For instance, Safe Families for Children is a national advocacy organization with chapters nationwide, including in WA. They work across the spectrum, including with churches, and occasionally address youth voice in service provision, including in their Family Friendly Handbook. Another organization called USA Cares provides financial and advocacy assistance to post-9/11 active duty US military service personnel, veterans and their families. However, there is little evidence they have focused on youth engagement or youth voice specifically. The National Association of State Mental Health Program Directors represents the organizations receiving government money that make up the public mental health service delivery system. Representing state mental health commissioners/directors and their agencies, this organization works with states, federal partners, and stakeholders to promote wellness, recovery, and resiliency for people with mental health conditions or co-occurring mental health and substance related disorders across all ages and cultural groups, including youth. A hugely influential organization, they focus on youth voice in several documents, but do not highlight it on their website or overall.

The National Safe Place Network works to ensure an effective system of response for youth in crisis through public and private partnerships at a local, state and national level. National Safe Place Network envisions a world where all youth are safe; however, the organization doesn’t talk about youth voice. They are concerned about youth empowerment though, and there’s a track about it at their annual conference. The Child Mind Institute is an independent, national nonprofit dedicated to transforming the lives of children and families struggling with mental health and learning disorders. However, I can’t find reference to youth voice, youth empowerment and related topics in their materials online.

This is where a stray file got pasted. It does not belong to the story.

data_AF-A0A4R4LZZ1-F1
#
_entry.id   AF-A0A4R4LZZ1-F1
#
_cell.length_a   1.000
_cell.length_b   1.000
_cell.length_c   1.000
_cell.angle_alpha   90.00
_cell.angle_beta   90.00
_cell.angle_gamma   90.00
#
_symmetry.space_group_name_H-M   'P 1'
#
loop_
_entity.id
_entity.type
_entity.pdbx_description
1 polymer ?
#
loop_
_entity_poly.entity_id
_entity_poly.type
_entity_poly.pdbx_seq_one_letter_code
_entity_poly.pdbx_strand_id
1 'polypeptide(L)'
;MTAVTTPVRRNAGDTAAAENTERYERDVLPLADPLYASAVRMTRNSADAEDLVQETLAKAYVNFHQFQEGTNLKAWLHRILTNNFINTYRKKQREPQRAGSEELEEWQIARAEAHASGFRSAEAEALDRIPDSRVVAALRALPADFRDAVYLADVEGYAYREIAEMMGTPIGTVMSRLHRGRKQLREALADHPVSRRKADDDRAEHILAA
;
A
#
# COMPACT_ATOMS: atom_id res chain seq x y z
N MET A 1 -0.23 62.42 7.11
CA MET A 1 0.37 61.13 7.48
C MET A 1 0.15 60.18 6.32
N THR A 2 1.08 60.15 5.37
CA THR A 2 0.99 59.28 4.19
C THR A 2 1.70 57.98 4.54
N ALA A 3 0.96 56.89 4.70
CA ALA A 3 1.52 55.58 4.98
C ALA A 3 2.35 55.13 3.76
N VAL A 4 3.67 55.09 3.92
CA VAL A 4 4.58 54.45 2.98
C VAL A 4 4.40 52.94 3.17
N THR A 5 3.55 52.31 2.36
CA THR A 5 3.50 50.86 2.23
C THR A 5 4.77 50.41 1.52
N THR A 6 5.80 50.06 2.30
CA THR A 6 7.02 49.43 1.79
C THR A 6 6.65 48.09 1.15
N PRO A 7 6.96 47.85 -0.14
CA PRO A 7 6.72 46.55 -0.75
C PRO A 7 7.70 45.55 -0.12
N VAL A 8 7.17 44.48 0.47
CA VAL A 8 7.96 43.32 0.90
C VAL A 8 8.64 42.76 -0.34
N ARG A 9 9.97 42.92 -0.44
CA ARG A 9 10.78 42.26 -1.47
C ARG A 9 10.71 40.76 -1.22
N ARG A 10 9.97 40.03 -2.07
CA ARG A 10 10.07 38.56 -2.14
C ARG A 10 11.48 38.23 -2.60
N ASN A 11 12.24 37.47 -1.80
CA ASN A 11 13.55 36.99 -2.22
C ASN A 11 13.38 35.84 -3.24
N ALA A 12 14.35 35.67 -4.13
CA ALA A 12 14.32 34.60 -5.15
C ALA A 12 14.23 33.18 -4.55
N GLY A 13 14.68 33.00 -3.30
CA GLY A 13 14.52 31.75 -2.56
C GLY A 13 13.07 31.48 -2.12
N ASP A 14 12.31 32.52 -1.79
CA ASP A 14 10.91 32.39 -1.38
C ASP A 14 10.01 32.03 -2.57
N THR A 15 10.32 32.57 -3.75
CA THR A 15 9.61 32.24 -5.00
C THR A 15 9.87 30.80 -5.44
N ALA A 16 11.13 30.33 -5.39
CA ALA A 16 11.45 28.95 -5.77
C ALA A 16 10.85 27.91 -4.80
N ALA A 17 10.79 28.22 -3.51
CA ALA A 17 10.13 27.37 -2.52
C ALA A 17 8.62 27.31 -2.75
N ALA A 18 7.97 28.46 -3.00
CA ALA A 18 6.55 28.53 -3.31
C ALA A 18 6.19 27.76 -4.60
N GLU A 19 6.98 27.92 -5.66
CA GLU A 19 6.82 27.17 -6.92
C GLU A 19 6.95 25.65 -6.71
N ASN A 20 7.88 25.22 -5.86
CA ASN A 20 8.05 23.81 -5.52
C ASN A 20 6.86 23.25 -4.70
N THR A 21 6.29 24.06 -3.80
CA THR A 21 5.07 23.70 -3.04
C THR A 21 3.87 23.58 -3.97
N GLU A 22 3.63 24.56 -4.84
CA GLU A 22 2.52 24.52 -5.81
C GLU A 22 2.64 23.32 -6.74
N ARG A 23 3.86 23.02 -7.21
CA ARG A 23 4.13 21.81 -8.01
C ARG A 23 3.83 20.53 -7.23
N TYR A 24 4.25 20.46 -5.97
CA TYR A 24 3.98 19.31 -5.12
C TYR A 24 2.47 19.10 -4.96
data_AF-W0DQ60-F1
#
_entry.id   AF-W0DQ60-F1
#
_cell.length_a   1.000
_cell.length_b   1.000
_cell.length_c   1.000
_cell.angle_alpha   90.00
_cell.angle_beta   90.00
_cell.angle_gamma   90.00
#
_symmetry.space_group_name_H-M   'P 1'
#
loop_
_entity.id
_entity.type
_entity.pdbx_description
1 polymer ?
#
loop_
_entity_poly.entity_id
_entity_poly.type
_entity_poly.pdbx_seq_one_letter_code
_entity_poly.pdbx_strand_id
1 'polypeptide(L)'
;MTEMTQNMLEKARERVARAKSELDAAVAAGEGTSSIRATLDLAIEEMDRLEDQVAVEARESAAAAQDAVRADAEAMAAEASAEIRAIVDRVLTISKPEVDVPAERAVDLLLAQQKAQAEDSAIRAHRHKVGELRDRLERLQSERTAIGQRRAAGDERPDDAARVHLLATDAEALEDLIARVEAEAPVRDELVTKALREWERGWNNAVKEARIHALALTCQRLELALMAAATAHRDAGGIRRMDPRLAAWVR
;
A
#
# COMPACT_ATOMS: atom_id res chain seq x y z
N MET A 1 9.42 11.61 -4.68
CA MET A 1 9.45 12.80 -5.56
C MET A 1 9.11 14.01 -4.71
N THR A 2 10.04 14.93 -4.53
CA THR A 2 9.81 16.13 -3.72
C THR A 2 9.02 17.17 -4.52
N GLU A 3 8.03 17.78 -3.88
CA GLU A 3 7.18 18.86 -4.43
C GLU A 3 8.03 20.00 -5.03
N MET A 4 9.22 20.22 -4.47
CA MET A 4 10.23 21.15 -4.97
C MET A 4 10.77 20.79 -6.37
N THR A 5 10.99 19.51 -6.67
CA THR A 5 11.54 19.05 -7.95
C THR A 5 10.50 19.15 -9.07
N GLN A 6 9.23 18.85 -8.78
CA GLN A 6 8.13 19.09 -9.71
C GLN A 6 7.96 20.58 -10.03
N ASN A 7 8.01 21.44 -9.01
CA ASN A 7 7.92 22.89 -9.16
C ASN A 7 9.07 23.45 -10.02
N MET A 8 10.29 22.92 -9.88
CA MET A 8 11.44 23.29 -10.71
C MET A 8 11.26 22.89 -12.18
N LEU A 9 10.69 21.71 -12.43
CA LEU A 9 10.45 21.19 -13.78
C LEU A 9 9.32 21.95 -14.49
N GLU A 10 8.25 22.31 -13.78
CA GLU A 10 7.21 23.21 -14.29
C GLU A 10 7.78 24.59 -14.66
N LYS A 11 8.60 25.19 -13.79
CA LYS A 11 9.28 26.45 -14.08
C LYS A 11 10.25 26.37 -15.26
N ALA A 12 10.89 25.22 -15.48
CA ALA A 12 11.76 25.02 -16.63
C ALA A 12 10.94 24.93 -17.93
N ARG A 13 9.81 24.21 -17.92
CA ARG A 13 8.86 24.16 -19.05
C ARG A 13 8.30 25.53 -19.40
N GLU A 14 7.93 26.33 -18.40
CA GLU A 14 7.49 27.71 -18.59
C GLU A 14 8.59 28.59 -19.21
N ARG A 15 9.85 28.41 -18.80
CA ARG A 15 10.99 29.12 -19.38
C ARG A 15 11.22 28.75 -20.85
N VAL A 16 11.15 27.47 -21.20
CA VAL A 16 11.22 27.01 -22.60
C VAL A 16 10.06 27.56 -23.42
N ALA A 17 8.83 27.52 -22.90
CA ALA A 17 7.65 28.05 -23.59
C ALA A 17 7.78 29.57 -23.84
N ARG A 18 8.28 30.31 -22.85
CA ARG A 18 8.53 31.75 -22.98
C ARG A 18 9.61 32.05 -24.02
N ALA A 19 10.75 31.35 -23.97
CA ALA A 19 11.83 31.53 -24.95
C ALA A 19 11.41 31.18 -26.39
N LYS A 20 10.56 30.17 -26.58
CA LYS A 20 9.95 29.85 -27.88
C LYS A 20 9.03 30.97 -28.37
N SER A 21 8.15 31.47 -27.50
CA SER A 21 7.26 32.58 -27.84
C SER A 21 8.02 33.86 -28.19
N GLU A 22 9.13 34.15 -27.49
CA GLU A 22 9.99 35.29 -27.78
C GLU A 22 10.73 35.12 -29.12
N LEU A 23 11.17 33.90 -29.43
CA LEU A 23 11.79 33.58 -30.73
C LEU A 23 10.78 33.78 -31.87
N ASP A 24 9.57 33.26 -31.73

Other national and international nonprofit organizations focusing on youth and families in crisis which should provide information about youth voice but apparently don’t include the National Association of County and City Health Officials. NACCHO does provide info on injury and violence among youth, but not on the role of youth voice in solving the issue. The World Bank has a report called “Children and Youth in Crisis Protecting and Promoting Human Development in Times of Economic Shocks,” but doesn’t generally provide information on youth engagement for youth in crisis.

The online resource databases related to youth in crisis don’t seem to address youth voice, either. One of the most interesting resources available today is called “Blueprints for Healthy Youth Development.” A registry of evidence-based positive youth development programs, it seeks to promote the health and well-being of children and youth. Blueprints is hosted by the Center for the Study and Prevention of Violence (CSPV), at the Institute of Behavior Science, University of Colorado Boulder, and is funded by the Annie E. Casey Foundation. Another resources is called Connect Safely Resources for Youth In Crisis is a list of opportunities for youth provided by a nonprofit focused on safety, privacy and security.

Federal agencies

For its 50+ programs that deal with the issues related to youth and families in crisis, the US federal government provides little information on youth voice, youth engagement, youth empowerment and youth-led programs. They do, however, provide substantial information on the issue of youth and families in crisis. For instance, the Children’s Bureau in the Administration for Children and Families at the U.S. Department of Health and Human Services hosts the massive Child Welfare Information Gateway promotes the safety, permanency, and well-being of children, youth, and families by connecting child welfare, adoption, and related professionals as well as the public to information, resources, and tools covering topics on child welfare, child abuse and neglect, out-of-home care, adoption, and more. Its a powerful tool. I have to similarly applaud youth.gov. Its a massive U.S. government website that helps organizations and individual people create, maintain, and strengthen effective youth programs. There are a lot of youth facts, funding information, and tools to help assess community assets, generate maps of local and federal resources, search for evidence-based youth programs, and keep up-to-date on the latest, youth-related news. Its a great source of information, and even features a significant collection of information about youth engagement specifically from the working group that coordinates it, as well as from individual agencies like SAMHSA. The The Office of Juvenile Justice and Delinquency Prevention is an office of the United States Department of Justice and a component of the Office of Justice Programs, and they offer some related info at the OJJDP website.

National and international foundations

Some of the foundations that reportedly support youth voice in the area of youth and families in crisis include the MacArthur Foundation, Kellogg Foundation, Arnold Foundation, Annie Casey Foundation, and the Ford Foundation.


Greatest hope?